Private backbones enable high quality connections that don't rely on the public Internet. There are no performance guarantees in the public internet which means connections often suffer from high latency, jitter and packet loss. The greater the connection’s distance, the greater the performance degradation we will typically experience. A private backbone overcomes this and ensures traffic runs fast and smooth between any two locations within the provider’s network.
So, should you use a private backbone? Absolutely. Why travel single-lane, congested and traffic-light ridden roads when you can take a multi-lane, obstacle free highway? This is a no-brainer. And with all major public cloud providers now offering private backbones, there’s got to be one that’s right for you, right? Let's take a deeper look at an enterprise’s connectivity needs and what private backbones have to offer.
[boxlink link="https://www.catonetworks.com/resources/sase-vs-sd-wan-whats-beyond-security?utm_source=blog&utm_medium=top_cta&utm_campaign=SASE_vs_SD-WAN"] SASE vs SD-WAN - What’s Beyond Security | Download eBook [/boxlink]
What are we trying to solve?
Enterprises have been relying on MPLS circuits to ensure connection quality between their offices and datacenters. Looking beyond the obvious drawbacks of MPLS, namely high cost and operational rigidity for applications which have been migrated to the cloud, MPLS lines provide little to no value. Enterprises must therefore find an alternative way to optimize traffic to cloud datacenters.
This is where private backbones prove their value and enable highway-like connectivity to cloud deployments. But just like any other highway, the benefit they provide depends on how close they run to where you are travelling from and where you need to get to. Since public cloud providers deploy private lines between their datacenter locations, they will benefit enterprise endpoints which are themselves located near them. Let's break this down into a couple of questions which can help us better understand what it means.
Where are you coming from?
The point of origin for enterprise connectivity is anywhere employees connect from. This used to be the office for the most part but has increasingly shifted to employees' homes. This means the dispersion of connecting endpoints has significantly grown and requires a highway system which has much greater and more granular coverage in order to be effective. In the world of private backbones this translates into PoP coverage. The more locations the network has PoPs at, the closer it will likely reach your origin points. AWS Transit Gateway has 16 PoPs1, Azure virtual WAN has 392 and GCP NCC has 103. Are all your users connecting from locations close to these PoPs? There's a good chance you need a private backbone with better coverage.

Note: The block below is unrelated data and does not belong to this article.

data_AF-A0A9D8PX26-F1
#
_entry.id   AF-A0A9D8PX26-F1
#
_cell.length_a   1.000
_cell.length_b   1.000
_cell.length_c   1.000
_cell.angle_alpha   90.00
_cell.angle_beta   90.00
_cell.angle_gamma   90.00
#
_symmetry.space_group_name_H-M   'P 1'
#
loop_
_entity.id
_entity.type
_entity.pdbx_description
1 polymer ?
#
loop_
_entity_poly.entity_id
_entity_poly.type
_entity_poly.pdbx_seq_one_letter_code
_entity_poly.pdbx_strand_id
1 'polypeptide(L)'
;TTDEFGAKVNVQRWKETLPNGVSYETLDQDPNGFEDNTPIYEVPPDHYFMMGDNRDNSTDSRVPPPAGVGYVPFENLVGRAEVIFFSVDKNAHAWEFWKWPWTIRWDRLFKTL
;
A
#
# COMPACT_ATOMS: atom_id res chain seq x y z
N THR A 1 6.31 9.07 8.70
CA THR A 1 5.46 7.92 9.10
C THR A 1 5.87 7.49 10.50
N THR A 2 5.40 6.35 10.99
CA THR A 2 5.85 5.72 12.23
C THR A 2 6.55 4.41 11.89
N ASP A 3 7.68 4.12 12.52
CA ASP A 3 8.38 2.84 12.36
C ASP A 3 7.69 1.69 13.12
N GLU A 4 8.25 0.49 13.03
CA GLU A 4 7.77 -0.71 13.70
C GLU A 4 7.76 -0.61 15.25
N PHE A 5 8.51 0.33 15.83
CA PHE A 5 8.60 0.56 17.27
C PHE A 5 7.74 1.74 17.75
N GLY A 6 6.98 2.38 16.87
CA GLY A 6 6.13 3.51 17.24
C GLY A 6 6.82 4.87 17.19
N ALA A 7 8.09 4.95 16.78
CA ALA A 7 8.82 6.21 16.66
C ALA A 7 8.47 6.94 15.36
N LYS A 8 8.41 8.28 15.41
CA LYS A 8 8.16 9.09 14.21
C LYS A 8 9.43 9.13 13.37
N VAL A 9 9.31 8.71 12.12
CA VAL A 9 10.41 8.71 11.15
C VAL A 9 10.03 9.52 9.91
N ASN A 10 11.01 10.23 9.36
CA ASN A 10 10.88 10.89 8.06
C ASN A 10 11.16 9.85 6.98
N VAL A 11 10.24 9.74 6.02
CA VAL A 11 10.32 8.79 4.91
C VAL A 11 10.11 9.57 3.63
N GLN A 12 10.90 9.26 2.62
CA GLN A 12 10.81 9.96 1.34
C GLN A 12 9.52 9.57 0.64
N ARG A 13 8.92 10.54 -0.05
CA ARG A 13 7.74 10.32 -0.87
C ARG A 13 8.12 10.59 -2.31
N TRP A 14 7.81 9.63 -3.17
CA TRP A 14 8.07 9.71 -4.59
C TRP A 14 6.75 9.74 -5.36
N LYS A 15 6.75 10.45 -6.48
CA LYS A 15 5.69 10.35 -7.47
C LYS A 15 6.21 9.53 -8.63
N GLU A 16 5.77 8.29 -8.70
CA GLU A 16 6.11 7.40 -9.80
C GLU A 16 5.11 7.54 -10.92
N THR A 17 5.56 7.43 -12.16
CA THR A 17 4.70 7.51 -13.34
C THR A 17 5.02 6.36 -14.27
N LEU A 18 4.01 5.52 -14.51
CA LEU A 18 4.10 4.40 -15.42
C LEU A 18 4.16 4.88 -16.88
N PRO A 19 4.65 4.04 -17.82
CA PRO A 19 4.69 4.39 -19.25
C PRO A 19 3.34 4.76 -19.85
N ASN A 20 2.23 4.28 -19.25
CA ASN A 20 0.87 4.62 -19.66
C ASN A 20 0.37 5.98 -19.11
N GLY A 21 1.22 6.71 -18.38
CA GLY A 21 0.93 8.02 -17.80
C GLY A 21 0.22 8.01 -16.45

Where are you headed?
One of the main reasons to use a private backbone is to enable high quality connectivity to public cloud datacenters. As mentioned above, public cloud offerings provide connectivity to these locations exactly, which makes them seem like an obvious choice. An important point to keep in mind, though, is that since private backbone services don't interconnect, you can only use one. Most enterprises, however, don't use just one public cloud. In fact, out of all enterprises using public services, 92 percent have a multi-cloud strategy4 with an average of 2.64 public cloud services each. Choosing a public cloud's private backbone offerings will be a good fit for that specific cloud's datacenter locations, but what about the other 1.6 public clouds the typical enterprise needs to reach? Who is going to guarantee connectivity performance to their datacenters? It is certainly not in the interest of AWS to guarantee your network's performance when accessing Azure, GCP or any other cloud provider. If anything, their interest is exactly the opposite. They want to lock you into their own service. Only a cloud-agnostic private backbone service will have an interest and the ability to guarantee connectivity performance to all public cloud datacenters. It will also reduce your dependency and risk of lock-in to any single public cloud vendor.
They may serve, but do they protect?
Network performance plays an important part in ensuring enterprise applications are delivered smoothly, but we must also ensure the enterprise network is protected. This is where security services such a Next Generation Firewalls (NGFW), Intrusion Prevention Systems (IPS), Next Generation Anti-Malware (NGAM), Secure Web Gateway (SWG), Software Defined Perimeter (SDP)/Zero Trust Network Access (ZTNA) for remote user connectivity, and others come into play. The question is where do they fit in the traffic flow?